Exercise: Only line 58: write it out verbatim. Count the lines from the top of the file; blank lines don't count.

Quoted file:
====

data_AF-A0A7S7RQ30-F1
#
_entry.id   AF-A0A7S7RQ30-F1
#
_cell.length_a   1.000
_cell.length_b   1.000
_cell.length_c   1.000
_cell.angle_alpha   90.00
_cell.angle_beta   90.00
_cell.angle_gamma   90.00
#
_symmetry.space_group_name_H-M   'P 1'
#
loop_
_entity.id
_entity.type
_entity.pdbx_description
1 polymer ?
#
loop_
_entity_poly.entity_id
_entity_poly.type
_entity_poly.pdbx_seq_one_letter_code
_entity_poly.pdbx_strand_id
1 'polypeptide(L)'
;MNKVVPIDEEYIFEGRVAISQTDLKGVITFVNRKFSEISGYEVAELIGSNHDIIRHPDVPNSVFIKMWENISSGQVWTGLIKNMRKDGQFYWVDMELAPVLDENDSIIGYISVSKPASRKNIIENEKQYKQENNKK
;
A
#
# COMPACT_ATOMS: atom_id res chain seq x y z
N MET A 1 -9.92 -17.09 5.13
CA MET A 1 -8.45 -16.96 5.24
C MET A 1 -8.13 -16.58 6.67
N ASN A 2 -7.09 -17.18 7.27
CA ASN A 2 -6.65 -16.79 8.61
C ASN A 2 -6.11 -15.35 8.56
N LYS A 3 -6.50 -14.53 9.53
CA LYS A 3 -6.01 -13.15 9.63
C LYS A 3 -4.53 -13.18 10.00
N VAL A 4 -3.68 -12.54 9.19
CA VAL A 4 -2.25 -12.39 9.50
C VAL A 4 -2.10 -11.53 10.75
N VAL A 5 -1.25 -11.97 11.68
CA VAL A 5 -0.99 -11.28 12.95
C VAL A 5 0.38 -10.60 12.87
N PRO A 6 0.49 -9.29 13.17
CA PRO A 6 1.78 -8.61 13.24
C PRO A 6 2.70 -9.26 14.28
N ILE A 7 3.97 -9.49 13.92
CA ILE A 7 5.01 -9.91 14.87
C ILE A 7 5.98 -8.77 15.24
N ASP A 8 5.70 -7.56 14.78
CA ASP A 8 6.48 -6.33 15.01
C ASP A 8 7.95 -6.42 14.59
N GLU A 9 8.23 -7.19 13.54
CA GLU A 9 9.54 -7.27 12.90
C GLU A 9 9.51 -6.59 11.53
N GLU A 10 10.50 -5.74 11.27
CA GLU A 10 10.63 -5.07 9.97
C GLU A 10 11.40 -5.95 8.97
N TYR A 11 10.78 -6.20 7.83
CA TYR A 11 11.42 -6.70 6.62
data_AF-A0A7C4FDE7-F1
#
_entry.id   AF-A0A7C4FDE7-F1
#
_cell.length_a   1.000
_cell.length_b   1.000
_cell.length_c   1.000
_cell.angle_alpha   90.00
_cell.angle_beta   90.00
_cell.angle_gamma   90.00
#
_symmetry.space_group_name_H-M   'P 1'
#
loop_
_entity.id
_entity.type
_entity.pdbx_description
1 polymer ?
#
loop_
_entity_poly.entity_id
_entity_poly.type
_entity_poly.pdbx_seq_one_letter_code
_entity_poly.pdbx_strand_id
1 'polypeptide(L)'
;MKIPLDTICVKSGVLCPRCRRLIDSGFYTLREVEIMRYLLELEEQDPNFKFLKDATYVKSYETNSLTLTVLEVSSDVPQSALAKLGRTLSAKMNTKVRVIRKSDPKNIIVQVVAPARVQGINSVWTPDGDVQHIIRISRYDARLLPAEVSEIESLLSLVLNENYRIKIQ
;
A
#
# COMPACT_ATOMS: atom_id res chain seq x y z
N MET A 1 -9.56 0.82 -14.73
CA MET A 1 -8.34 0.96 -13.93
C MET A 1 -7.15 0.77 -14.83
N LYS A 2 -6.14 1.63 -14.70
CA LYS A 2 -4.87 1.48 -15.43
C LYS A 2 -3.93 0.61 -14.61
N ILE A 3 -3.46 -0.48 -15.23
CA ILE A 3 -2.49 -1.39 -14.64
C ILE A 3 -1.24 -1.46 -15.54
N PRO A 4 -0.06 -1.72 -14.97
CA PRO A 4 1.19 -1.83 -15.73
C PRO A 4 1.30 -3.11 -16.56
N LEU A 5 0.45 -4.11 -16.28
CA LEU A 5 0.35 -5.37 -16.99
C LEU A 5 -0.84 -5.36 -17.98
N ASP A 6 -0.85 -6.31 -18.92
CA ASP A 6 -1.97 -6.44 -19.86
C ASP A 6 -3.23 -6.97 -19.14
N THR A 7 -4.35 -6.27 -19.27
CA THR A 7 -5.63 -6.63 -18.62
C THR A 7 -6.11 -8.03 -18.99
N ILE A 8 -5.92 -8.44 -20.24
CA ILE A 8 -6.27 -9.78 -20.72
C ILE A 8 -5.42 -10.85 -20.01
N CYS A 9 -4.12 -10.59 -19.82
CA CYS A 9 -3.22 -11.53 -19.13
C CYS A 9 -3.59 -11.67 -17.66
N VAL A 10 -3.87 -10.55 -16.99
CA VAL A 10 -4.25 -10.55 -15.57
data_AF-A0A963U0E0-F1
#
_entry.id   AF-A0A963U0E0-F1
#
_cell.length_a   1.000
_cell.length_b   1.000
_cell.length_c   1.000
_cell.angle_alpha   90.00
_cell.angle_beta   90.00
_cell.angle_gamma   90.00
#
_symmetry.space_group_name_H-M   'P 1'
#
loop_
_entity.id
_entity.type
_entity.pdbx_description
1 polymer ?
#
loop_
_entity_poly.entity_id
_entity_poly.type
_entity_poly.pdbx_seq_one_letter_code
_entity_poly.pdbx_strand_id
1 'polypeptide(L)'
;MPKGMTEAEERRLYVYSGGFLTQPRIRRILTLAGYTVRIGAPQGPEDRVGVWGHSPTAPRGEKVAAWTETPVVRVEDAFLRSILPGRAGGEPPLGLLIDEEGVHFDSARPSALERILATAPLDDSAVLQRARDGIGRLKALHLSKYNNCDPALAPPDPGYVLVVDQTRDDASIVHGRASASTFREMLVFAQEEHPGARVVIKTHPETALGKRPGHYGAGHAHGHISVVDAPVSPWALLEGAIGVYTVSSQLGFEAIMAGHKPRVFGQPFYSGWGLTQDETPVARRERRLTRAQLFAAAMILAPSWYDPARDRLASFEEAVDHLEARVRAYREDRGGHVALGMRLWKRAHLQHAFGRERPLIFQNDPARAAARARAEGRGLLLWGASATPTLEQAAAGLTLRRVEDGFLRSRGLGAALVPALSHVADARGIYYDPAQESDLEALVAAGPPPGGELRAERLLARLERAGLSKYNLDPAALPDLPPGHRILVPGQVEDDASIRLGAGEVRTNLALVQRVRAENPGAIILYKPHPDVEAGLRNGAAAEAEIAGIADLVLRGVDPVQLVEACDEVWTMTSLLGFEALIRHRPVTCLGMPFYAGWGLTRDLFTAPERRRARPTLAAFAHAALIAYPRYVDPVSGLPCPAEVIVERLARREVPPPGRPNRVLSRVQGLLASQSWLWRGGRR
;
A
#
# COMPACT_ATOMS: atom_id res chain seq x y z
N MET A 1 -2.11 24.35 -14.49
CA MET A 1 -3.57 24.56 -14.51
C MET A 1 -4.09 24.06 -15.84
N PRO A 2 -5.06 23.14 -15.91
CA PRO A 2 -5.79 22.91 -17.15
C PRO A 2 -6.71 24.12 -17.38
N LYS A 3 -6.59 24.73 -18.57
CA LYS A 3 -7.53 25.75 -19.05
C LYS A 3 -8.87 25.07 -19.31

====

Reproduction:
N GLU A 10 10.50 -5.74 11.27